Autumn treasure 2: Walking

7/10/2018 For a number of years I have used walking as a therapy without really being conscious of what I was doing. I knew that it relieved stress, helped me solve problems and generate ideas, but I wasn’t aware that on occasions when I was at a loss as to how to cope with what I was feeling, particularly after my mother’s death in 2010, instinctually I turned to walking.

Early last year, something I read at the difficult start of a holiday on the Isle of Wight made me begin to pay attention to the physical, psychological and emotional effects walking had on me. Before the end of my holiday I had concluded that, as well as being a physical relief, it was one of the most effective remedies for emotional and psychological pain I have yet encountered1.

Of course, walking is not just an autumn gift. Thankfully it is a year-round one. But this specific walk – from St Ives to Penzance along the South West Coast Path – has been a particular gift to me, now, in autumn.

Not for the first time before a long-distance walk, I left home half unwillingly, pulled back by sadness and pain. A mid-day fox or dog attack had claimed the life of one of my beloved rabbits, Smudge, in more traumatic circumstances than strictly necessary, even for such an outcome. I didn’t want to leave her sister, Dusty, and felt too upset to be proactive about anything, even a holiday. I was already exhausted, and this only added to my feeling of wanting to curl up in bed and shut out the world. But finally I remembered that the remedy – walking – was waiting for me. Then I was able to resume my holiday preparations with more enthusiasm.

The sun shone and it was warm; but the breeze was cool enough for short sleeves and dripping sweat to take care of the excess body heat generated by rucksack-laden cliff ascents. I couldn’t imagine doing this in high summer, and the heatwave might have put an end to my walk more effectively than rain. I climbed 1700m in total over five days’ walk. The views were spectacular, and the smell and sound of the sea were blissful. The colour of the water was something that we east coast folk can only dream about. It might as well be the Caribbean.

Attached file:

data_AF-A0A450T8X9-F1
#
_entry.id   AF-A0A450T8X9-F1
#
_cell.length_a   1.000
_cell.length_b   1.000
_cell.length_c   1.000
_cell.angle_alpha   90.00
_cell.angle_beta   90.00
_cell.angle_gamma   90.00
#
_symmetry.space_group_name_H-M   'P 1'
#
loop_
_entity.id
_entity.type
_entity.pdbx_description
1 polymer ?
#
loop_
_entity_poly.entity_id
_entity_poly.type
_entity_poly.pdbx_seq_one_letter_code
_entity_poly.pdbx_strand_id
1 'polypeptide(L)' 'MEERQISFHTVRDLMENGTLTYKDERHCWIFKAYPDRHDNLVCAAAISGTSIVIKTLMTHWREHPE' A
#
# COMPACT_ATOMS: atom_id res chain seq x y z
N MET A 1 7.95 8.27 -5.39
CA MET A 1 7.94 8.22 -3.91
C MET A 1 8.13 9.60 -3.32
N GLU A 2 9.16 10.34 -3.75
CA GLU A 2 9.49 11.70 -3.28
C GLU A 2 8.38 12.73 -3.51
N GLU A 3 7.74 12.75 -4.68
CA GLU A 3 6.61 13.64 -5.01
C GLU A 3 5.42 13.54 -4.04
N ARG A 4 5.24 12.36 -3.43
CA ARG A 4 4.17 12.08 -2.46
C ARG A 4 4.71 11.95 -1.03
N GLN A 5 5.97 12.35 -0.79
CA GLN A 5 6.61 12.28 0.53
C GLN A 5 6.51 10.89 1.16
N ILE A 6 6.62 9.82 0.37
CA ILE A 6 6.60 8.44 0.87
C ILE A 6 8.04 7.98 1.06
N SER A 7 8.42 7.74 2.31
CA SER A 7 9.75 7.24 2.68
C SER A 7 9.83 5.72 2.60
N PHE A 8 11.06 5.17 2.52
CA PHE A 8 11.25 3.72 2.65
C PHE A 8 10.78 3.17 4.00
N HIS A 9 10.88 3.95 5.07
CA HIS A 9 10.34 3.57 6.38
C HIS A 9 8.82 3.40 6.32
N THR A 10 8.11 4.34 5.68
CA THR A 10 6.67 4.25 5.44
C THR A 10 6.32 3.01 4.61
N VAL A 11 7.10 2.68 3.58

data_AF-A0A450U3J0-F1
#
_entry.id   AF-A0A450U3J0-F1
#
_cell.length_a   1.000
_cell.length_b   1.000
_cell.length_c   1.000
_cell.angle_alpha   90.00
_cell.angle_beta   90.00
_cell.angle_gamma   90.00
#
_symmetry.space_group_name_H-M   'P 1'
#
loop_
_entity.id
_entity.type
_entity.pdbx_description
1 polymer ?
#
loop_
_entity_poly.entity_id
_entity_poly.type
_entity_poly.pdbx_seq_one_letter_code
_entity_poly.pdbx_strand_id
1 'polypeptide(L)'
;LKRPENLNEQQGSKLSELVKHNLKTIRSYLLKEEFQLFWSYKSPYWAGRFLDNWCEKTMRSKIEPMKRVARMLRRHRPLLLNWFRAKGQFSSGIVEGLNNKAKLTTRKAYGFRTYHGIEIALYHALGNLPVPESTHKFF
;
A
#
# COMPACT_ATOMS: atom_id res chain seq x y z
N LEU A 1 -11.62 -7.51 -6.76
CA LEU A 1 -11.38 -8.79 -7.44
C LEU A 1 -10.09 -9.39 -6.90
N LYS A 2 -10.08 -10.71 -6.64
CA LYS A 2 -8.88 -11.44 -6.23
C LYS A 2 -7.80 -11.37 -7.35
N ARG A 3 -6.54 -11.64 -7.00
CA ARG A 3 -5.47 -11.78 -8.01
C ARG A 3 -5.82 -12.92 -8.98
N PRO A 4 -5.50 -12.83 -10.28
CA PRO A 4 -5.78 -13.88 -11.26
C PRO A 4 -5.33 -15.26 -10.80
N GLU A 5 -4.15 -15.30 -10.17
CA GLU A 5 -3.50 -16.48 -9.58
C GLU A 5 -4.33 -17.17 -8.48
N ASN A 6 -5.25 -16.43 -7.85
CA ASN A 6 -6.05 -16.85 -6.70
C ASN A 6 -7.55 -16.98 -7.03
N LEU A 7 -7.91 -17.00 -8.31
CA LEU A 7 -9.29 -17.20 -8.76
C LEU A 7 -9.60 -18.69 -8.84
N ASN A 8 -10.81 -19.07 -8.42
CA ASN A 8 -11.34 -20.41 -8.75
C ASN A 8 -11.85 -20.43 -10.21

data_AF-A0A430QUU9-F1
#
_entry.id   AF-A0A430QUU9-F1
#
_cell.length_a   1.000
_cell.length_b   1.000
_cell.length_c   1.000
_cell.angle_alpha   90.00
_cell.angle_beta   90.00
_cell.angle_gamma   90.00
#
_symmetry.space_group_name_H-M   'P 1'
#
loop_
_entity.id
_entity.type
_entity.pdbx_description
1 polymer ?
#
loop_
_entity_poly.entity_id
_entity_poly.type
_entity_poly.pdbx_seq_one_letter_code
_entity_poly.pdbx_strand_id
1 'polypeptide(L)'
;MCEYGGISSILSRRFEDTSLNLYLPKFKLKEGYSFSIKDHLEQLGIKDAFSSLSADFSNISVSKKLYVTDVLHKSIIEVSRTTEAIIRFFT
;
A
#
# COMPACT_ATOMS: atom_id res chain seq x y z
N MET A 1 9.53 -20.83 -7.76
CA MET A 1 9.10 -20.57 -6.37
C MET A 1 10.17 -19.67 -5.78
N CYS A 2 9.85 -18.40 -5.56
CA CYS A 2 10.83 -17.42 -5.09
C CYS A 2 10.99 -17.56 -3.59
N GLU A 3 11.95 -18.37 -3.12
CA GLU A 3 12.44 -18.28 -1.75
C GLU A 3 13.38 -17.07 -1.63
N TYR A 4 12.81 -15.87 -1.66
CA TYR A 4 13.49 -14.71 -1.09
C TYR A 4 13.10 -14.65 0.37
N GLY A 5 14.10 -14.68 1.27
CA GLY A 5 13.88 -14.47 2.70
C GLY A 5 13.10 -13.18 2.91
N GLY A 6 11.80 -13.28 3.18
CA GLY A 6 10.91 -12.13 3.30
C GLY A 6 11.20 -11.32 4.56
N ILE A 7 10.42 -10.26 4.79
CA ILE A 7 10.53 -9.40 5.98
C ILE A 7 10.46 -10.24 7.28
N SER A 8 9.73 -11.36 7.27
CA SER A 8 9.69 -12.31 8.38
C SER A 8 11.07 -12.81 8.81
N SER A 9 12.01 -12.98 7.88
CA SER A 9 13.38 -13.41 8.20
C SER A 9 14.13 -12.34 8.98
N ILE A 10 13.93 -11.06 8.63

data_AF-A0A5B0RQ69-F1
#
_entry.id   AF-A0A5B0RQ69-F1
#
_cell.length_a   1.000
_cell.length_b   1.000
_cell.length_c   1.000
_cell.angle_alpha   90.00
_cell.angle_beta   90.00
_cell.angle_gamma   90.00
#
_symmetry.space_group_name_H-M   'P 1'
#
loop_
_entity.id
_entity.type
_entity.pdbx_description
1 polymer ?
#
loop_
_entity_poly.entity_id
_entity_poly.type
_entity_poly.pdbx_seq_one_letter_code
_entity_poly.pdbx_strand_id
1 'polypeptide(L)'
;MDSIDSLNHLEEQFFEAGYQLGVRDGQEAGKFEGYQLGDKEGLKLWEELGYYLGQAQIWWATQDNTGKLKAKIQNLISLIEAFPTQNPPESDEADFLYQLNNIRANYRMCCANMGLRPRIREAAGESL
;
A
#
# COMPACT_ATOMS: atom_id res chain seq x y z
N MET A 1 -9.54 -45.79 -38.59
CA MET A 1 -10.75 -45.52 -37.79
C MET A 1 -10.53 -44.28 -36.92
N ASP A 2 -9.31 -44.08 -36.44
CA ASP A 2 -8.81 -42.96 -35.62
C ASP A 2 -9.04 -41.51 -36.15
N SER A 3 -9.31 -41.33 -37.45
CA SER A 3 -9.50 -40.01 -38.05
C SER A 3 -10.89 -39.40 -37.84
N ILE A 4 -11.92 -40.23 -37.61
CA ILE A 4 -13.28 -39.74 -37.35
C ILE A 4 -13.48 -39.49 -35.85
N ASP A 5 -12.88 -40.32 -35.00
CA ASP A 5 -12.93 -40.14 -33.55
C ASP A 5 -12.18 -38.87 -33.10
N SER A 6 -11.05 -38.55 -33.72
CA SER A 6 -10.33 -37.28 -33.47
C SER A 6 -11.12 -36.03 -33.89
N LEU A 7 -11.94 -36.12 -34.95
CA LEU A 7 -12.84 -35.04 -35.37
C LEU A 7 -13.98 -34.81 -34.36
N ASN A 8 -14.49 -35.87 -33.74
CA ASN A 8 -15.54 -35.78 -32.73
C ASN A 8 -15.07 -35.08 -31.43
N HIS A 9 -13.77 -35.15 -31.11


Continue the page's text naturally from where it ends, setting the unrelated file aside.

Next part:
Cornwall coastThe walk and the scenery slowly began to work its magic. All I had to do was put one foot in front of the other.

I have concluded that everyone – physical ability and temperament permitting – who is suffering any kind of overwhelming emotional or psychological pain should be prescribed solo walking in a beautiful place, at a level of strenuousness that is challenging enough to occupy their immediate attention, but not so challenging as to add significant physical pain to the psychological pain. Although, admittedly, it is sometimes tempting to blot out one with the other.

I have also vowed to myself that I will self-prescribe this remedy whenever life throws such challenges in my direction. I have never been one for demonstrative rituals, not even funerals, but if there is any ritual that would help me – has helped me – through, I believe this is it.

I happened only this week upon a quotation from Hippocrates, while engaged in something as mundane as searching for accommodation on the South West Coast Path website:

‘Walking is man’s best medicine’.

I have no idea in how literally he meant this, but it doesn’t matter. I am reassured to know so little has changed in more than two thousand years.


1. Medicinal walking: the Isle of Wight and Suffolk